Courts are required to provide de novo review of the actions or decisions made by an insurer in order to determine if the insurer is liable under section 10-3-1116 for the “unreasonable” delay or denial of a claim.

HB 08-1407 also prohibits the use of discretionary clauses or any other type of provision for health and disability insurance policies.[23] A discretionary clause is generally a provision in an employee welfare plan that reserves discretion to the plan administrator to make determinations of coverage for employees under said plan. The insurance carrier who underwrites the plan then covers and pays benefits according to the determinations made by the plan administrator. It is typical for an employer to hire the same insurance carrier to act as the plan administrator and to underwrite and pay valid claims of the employee welfare plan.

The use of discretionary clauses or other types of provisions reserving discretion to the insurer or plan administrator provides a more deferential standard of review of the insurer’s actions. I Firestone Tire and Rubber Co. v. Bruch, the U.S. Supreme Court held that when an employee brings an action under ERISA[24] for review of the denial of a claim or benefit by a plan administrator, the standard of review by the court is de novo unless the plan administrator specifically reserves

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discretion; in which case an arbitrary and capricious standard applies. The holding in Firestone applies to both self-funded and insured ERISA plans. The U.S. Supreme Court recently decide Metropolitan Life Ins. Co. v. Glenn, [25] which reaffirmed the central holding from Firestone, but also held that nothing fro Firestone mandates that ERISA welfare plans include a discretionary clause reserving discretion to a plan administrator for determinations of employee coverage under the insurance contract.

In understanding what a discretionary clause does and the cause of action authorized in HB 08-1407, it becomes evident that a discretionary clause does not alter the ability or discretion of an insurance carrier to make initial determinations of coverage and continue to process claims, which are the essential functions and responsibilities of an insurance carrier. Rather, the decisions and determinations made by an insurance carrier pursuant to or as a result of the statutorily required procedures and requirements will be subject to a different standard of review should the first-party claimant institute a lawsuit under the new cause of action authorized in sections 10-3-1115 and 1116.

Other than the requirement that the insurer not act unreasonably or without a reasonable basis, nothing in the plain language of sections 10-3-1115 and 10-3-1116 prohibits an insurer making determinations regarding coverage or otherwise complying with sections 10-16-106.5, [26] 10-16-113 and 10-16-113.5, [27] or 10-16-704(4) and 10-16-705(14)(a).[28] Whether the insurance carrier’s actions were “unreasonable” or “without a reasonable basis” for purposes of liability under sections 10-3-1115 and 10-3-1116 will be based upon the facts and circumstances presented to the court, who will review such actions de novo.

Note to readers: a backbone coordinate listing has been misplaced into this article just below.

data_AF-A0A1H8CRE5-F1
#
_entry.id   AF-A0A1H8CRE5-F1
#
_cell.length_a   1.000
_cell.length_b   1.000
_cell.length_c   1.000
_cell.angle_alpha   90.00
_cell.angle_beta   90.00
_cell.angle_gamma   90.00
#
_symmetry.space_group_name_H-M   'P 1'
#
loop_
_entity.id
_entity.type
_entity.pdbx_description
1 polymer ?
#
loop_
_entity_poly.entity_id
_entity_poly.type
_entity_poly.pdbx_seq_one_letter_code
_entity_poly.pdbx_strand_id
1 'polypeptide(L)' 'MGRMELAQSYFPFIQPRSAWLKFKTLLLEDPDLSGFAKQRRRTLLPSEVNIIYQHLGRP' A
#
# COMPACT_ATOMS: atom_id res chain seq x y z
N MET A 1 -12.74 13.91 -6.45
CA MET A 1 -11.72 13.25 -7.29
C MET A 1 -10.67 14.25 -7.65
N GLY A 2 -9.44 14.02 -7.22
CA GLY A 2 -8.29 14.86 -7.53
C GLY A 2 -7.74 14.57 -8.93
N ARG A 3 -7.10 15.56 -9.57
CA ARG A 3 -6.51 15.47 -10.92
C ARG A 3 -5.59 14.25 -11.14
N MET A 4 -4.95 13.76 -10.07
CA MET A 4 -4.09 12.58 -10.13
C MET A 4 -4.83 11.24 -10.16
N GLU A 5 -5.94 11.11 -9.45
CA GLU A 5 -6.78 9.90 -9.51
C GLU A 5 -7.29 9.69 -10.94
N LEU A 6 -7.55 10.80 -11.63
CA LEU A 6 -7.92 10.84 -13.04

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Issued this 1st day February, 2010.

_________________________ JOHN W. SUTHERS Colorado Attorney General

[2] 29 U.S.C. § 1144(a) (“[ERISA] shall supersede any and all State laws insofar as they may now or hereafter relate to any employee benefit plan described in section 1003(a) of this title and not exempt under section 1003(b) of this title.”)
[3] 29 U.S.C. § 1144(b)(2)(B) (ERISA states that “neither an employee benefit plan . . . shall be deemed to be an insurance company, or investment company or be engaged in the business of insurance or banking for purpose of any law of any State purporting to regulate insurance companies, insurance contracts, banks, trust companies, or investment companies.).
[4] 29 U.S.C. § 1002(1) (stating that “. . . any plan . . . established by an employer or employer organization . . . for the purpose of providing for its participants or beneficiaries, through the purchase of insurance or otherwise . . .”).
[5] A master policy is the main insurance policy that covers an entire group of employees and governs the coverage and benefits of those employees, even if such employees are located in other states.
[6] Metropolitan Life Ins. Co. v. Massachusetts Travelers Ins. Co., 471 U.S. 724, 736 (1985) (state insurance laws do not affect the substantive provisions of ERISA but indirectly affect the employee welfare benefit plan with the content of such plan).
[7] 29 U.S.C. § 1144(b)(2)(A) (stating that ERISA does not “exempt or relieve any person from any law of any State which regulates insurance, banking, or securities”).
[8] Section 10-3-903(2), C.R.S.
[9] Section 10-3-903(2)(h), C.R.S.